Germany’s Property Market Sees 70% Decline in Sales

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Germany’s Property Market Sees 70% Decline in Sales

Quick Look:

Foreign Investment Decline: Foreign buyers accounted for only 35% of Q1 commercial real estate purchases, the lowest since 2013, amid a 70% drop in sales volumes from pre-pandemic levels.
Economic Stagnation: High inflation, ECB rate hikes, and economic challenges have hindered real estate financing, leading to stalled projects and bankruptcies.
Investor Sentiment: Germany is perceived as the most challenging property market in Europe.

Germany, Europe’s largest economy, is experiencing its worst property market crisis in a generation. International investors, who have been pivotal to the sector’s growth, are notably absent, potentially deepening the economic scars. Foreign buyers accounted for just 35% of commercial real estate purchases in the first quarter. The lowest since 2013, amidst a 70% decline in sales volumes from pre-pandemic levels. This retreat raises concerns about Germany’s economic stability and revives memories of its “sick man of Europe” label from the late 1990s.

The Decline of Foreign Investment

The German property market, once a beacon of stability and growth, is now struggling to attract foreign investors. Kurt Zech, a major German developer, underscores the significance of international investment for market recovery. He asserts that the return of American investors like Blackstone, BlackRock, Morgan Stanley, Carlyle, and Apollo will signal the market has hit bottom.

Germany’s property sector, contributing €730 billion annually to the economy, thrived on low interest rates, affordable energy, and robust economic conditions. However, the European Central Bank’s rampant inflation and subsequent rate hikes have dried up real-estate financing. It is leading to stalled projects and bankruptcies among major developers. The industry’s call for Berlin’s intervention highlights the severity of the situation.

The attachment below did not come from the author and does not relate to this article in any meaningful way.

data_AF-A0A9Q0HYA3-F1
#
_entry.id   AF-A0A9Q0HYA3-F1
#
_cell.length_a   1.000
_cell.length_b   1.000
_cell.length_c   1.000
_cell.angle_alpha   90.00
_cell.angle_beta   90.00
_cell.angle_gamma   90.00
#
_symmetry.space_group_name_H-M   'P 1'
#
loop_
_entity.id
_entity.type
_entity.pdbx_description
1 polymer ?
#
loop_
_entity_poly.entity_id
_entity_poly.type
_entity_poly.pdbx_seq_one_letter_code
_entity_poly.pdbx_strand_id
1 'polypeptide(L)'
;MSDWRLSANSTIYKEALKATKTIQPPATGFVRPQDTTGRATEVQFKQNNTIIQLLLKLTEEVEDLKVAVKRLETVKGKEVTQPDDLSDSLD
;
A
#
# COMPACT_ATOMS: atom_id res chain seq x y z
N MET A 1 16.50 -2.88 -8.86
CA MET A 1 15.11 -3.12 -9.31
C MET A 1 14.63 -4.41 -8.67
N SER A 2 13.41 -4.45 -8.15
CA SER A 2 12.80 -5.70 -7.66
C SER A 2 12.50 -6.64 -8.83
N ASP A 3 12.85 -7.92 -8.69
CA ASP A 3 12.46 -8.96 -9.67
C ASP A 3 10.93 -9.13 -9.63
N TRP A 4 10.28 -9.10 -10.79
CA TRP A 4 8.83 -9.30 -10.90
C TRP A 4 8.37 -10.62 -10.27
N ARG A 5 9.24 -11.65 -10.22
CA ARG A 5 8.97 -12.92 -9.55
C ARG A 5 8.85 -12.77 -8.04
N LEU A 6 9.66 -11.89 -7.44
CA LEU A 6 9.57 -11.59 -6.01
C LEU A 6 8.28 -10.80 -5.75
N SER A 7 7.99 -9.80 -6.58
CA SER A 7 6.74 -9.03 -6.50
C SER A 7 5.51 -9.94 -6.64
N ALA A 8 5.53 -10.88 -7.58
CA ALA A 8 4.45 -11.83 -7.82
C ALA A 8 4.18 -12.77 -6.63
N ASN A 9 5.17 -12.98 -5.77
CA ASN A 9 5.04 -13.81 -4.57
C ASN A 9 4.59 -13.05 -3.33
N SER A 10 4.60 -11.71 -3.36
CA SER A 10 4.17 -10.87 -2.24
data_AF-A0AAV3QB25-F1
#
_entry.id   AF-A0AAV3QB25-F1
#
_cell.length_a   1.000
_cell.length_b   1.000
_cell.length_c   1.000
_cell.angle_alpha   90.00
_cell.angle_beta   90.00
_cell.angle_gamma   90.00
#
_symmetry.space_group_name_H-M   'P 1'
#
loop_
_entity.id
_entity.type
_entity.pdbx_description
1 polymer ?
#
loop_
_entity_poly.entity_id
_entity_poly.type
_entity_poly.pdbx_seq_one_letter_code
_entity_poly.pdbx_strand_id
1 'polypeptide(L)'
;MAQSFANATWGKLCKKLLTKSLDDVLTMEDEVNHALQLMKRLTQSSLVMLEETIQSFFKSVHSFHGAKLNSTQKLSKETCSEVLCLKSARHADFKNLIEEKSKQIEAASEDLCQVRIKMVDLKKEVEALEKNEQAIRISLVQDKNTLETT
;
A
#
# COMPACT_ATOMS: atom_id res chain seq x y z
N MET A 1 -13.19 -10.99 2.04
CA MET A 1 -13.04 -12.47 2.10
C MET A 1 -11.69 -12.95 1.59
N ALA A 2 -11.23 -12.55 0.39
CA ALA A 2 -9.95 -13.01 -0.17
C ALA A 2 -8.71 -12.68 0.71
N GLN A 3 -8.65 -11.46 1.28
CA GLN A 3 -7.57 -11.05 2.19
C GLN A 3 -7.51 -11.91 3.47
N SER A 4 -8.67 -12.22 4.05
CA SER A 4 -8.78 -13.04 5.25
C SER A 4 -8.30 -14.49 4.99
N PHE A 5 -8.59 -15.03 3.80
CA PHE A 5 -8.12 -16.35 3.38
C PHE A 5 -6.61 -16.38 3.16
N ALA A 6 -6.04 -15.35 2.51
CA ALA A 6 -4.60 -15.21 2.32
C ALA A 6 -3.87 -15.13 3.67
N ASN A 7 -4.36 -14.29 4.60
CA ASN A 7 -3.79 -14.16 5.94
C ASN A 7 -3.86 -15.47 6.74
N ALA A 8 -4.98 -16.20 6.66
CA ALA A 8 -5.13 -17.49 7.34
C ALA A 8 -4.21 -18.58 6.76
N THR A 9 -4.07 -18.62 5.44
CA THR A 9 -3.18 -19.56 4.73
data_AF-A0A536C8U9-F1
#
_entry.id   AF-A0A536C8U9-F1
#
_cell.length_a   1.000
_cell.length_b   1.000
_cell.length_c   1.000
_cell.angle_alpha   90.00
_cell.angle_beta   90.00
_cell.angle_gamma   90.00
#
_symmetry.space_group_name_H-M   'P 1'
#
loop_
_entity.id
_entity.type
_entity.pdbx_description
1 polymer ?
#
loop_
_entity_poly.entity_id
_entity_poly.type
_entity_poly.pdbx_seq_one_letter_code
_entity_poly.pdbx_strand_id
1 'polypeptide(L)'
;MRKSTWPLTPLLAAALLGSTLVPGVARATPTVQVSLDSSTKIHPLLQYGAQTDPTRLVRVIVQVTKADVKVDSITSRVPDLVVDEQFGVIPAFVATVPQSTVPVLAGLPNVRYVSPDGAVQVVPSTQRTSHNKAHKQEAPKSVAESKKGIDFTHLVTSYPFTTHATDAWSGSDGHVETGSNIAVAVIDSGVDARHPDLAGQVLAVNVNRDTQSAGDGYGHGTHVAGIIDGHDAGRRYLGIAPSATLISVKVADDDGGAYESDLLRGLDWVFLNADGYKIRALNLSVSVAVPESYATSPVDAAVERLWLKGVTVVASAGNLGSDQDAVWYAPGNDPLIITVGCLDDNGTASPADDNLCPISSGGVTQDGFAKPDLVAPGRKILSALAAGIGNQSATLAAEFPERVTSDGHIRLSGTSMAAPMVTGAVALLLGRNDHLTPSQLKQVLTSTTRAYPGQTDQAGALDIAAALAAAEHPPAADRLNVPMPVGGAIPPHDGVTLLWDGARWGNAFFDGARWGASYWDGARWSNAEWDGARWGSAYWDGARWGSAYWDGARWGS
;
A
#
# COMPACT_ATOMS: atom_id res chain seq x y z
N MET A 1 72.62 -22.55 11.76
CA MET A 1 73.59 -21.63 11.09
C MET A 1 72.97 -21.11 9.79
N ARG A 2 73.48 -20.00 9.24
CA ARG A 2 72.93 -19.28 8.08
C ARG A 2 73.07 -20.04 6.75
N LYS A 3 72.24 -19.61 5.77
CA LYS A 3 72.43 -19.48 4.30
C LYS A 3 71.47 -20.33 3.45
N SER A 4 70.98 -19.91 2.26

Economic Stagnation and Market Sentiment

Carsten Brzeski, chief economist at ING in Germany, points out the broader economic implications of the property market’s struggles. He notes that Germany, once an attractive destination for property investors, is no longer the “shiny new thing.” The economic engine is faltering, requiring significant maintenance. This sentiment was echoed at the annual property sector gathering in Cannes, France, where the mood about Germany was notably grim.

Simone Pozzato, managing director and fund manager at Hines, highlighted that Germany’s property market is seen as the most challenging in Europe. An unnamed executive from a European developer revealed plans to shift resources from Germany to more promising markets like Britain. This trend underscores a broader shift in investor confidence and highlights the challenges Germany faces in regaining its economic footing.

Structural Challenges and Economic Forecasts

Several structural issues exacerbate the difficulties in the German property market. Unlike cities such as London or Paris, Germany’s decentralised urban design is a legacy of its post-World War Two reconstruction. Consequently, this makes it less appealing to foreign investors seeking global hubs. Moreover, Hela Hinrichs, a senior research analyst with Jones Lang LaSalle, notes another issue. International market participants are critical of the relatively minor devaluations in German properties. In comparison, other countries have seen more significant drops.

These woes include high energy costs, weak global demand, and the disruptive shift towards net-zero economies. These factors are straining Germany’s historically strong industrial base, leading some executives to warn of an impending economic crack. The German Council of Economic Experts recently downgraded its growth forecast, and Chancellor Olaf Scholz acknowledged the “unprecedented challenges” facing the nation.

The property market’s troubles, compounded by distressed sales from companies like Signa and Vonovia, further depressed prices. Also, these sales are often made under duress to pay off creditors or reduce debt, indicating the financial strain within the sector.

The retreat of international investors from Germany’s property market reflects broader economic uncertainties and structural challenges. The path to recovery remains uncertain as the nation grapples with high energy costs, bureaucratic hurdles, and shifting political landscapes. The return on foreign investment will be crucial for stabilising the market and revitalising Germany’s economic engine.

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